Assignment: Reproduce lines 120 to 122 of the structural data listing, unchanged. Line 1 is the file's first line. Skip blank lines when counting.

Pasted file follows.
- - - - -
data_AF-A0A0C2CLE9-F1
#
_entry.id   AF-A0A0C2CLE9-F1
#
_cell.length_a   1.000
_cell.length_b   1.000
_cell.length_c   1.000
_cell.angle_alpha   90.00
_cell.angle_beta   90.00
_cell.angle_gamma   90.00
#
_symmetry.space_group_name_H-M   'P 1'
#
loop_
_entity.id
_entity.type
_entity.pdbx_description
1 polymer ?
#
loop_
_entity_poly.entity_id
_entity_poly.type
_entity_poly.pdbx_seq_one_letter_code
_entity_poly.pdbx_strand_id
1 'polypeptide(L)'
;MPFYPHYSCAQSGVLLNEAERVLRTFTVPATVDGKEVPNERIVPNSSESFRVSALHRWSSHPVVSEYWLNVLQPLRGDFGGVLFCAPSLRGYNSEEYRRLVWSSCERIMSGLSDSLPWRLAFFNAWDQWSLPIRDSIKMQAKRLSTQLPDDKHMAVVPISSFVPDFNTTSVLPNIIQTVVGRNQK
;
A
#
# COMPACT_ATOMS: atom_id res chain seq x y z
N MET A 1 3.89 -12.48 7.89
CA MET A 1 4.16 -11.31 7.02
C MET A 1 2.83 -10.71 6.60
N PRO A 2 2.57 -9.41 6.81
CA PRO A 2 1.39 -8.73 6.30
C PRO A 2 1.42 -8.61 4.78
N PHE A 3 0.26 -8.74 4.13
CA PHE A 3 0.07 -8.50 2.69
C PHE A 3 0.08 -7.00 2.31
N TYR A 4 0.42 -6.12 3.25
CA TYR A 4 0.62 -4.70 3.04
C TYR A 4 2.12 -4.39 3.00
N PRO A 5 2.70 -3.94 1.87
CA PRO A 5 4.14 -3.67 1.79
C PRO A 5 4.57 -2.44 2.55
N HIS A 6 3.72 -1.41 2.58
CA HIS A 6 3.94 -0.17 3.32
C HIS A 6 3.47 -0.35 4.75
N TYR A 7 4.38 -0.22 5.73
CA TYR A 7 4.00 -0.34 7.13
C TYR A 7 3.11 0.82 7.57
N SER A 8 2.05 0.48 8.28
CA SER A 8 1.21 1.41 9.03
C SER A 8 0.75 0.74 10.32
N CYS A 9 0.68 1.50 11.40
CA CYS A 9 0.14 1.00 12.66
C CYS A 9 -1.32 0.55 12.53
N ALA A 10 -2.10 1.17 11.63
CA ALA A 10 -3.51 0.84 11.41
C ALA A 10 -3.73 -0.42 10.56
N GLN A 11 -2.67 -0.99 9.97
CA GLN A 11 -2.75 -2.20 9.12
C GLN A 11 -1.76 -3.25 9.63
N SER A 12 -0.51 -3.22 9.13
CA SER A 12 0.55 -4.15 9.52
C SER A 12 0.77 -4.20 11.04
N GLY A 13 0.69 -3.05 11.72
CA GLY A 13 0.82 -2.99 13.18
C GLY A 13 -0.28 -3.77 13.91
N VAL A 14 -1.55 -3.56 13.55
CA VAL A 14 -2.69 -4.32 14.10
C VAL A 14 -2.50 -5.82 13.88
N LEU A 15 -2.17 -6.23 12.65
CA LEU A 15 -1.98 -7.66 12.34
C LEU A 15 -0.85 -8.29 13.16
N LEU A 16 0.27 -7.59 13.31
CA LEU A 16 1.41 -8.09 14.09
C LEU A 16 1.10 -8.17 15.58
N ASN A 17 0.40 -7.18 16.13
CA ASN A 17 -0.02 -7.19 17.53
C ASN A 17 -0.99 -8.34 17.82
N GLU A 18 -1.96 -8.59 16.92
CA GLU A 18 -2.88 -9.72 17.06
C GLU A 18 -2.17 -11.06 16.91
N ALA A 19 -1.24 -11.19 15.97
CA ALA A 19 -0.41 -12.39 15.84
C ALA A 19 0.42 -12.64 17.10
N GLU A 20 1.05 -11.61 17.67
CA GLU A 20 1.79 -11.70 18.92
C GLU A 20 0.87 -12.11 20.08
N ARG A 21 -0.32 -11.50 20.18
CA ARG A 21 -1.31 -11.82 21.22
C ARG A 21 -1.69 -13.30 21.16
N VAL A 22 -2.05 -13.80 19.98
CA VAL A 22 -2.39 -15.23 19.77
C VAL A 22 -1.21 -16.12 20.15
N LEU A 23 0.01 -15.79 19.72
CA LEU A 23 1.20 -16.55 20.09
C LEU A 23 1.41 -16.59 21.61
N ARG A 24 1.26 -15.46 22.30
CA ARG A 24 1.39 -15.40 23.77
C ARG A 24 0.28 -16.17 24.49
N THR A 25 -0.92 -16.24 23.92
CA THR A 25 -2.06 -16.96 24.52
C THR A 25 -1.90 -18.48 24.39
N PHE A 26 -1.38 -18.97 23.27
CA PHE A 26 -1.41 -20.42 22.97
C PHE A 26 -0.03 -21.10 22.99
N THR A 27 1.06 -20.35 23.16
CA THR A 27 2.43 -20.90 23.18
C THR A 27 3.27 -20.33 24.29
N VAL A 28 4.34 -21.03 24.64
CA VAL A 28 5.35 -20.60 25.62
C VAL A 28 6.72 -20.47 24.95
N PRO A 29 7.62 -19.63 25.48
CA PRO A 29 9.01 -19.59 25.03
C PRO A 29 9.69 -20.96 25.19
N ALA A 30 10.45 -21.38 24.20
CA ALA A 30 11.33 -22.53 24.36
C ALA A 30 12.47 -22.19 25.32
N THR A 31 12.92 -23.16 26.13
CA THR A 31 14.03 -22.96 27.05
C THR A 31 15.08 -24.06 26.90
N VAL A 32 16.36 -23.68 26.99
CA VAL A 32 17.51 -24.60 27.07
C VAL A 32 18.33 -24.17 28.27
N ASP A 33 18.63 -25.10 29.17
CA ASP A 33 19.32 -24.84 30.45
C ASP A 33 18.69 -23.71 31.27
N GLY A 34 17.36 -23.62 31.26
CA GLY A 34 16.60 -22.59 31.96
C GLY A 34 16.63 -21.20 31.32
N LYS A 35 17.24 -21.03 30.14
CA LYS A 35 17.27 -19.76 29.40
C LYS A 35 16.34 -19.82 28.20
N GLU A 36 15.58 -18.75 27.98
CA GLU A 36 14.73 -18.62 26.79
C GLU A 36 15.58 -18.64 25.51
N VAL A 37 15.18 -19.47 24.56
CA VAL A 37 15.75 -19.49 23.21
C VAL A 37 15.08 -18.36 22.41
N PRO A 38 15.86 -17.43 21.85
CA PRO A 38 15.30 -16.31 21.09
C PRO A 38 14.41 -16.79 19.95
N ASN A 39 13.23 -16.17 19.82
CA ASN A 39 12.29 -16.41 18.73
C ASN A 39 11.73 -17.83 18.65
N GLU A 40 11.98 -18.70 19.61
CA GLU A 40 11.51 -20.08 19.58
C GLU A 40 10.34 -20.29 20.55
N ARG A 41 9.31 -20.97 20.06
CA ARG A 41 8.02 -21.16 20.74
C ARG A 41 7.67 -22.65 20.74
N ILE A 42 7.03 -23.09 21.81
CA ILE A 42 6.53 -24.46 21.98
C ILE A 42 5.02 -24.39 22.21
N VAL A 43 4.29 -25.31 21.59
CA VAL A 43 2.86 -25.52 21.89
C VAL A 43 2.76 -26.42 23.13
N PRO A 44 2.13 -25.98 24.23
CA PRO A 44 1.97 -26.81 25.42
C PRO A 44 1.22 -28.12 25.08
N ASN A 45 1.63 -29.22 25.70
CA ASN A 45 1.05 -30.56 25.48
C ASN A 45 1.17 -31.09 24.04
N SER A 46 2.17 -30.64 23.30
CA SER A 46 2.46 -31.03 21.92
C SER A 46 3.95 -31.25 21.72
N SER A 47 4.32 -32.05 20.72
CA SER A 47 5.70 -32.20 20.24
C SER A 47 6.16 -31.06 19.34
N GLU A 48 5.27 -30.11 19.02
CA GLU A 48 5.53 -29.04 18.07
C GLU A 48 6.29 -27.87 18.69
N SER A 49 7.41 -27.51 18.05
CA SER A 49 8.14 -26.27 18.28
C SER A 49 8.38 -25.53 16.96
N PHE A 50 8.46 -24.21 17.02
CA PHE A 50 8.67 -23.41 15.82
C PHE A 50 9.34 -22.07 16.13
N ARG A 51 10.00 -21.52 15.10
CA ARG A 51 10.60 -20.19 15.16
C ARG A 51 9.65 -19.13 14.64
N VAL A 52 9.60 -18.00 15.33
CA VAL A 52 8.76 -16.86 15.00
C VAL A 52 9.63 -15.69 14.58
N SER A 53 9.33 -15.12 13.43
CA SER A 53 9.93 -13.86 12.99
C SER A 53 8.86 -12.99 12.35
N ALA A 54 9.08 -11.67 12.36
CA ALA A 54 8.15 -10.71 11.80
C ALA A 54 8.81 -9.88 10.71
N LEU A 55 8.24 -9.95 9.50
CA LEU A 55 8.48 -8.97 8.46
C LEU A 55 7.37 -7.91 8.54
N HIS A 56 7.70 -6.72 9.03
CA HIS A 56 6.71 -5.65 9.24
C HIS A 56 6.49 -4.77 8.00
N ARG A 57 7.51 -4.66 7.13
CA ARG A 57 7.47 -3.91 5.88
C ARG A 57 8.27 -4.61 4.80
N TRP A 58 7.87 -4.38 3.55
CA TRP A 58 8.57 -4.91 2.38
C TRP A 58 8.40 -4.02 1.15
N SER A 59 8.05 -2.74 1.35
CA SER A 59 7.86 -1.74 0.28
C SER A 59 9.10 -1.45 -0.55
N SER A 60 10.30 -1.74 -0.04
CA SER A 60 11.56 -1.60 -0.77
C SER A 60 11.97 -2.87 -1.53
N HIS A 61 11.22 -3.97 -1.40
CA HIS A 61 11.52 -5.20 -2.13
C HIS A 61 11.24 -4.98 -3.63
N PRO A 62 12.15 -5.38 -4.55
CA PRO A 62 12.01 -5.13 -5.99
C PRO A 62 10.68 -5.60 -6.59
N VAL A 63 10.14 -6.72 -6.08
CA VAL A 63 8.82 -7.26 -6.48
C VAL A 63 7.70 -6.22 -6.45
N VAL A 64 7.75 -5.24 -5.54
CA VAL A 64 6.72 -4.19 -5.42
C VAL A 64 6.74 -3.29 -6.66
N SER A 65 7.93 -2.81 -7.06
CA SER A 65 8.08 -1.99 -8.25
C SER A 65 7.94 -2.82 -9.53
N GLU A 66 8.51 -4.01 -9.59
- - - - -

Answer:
C ALA A 30 12.47 -22.19 25.32
N THR A 31 12.92 -23.16 26.13
CA THR A 31 14.03 -22.96 27.05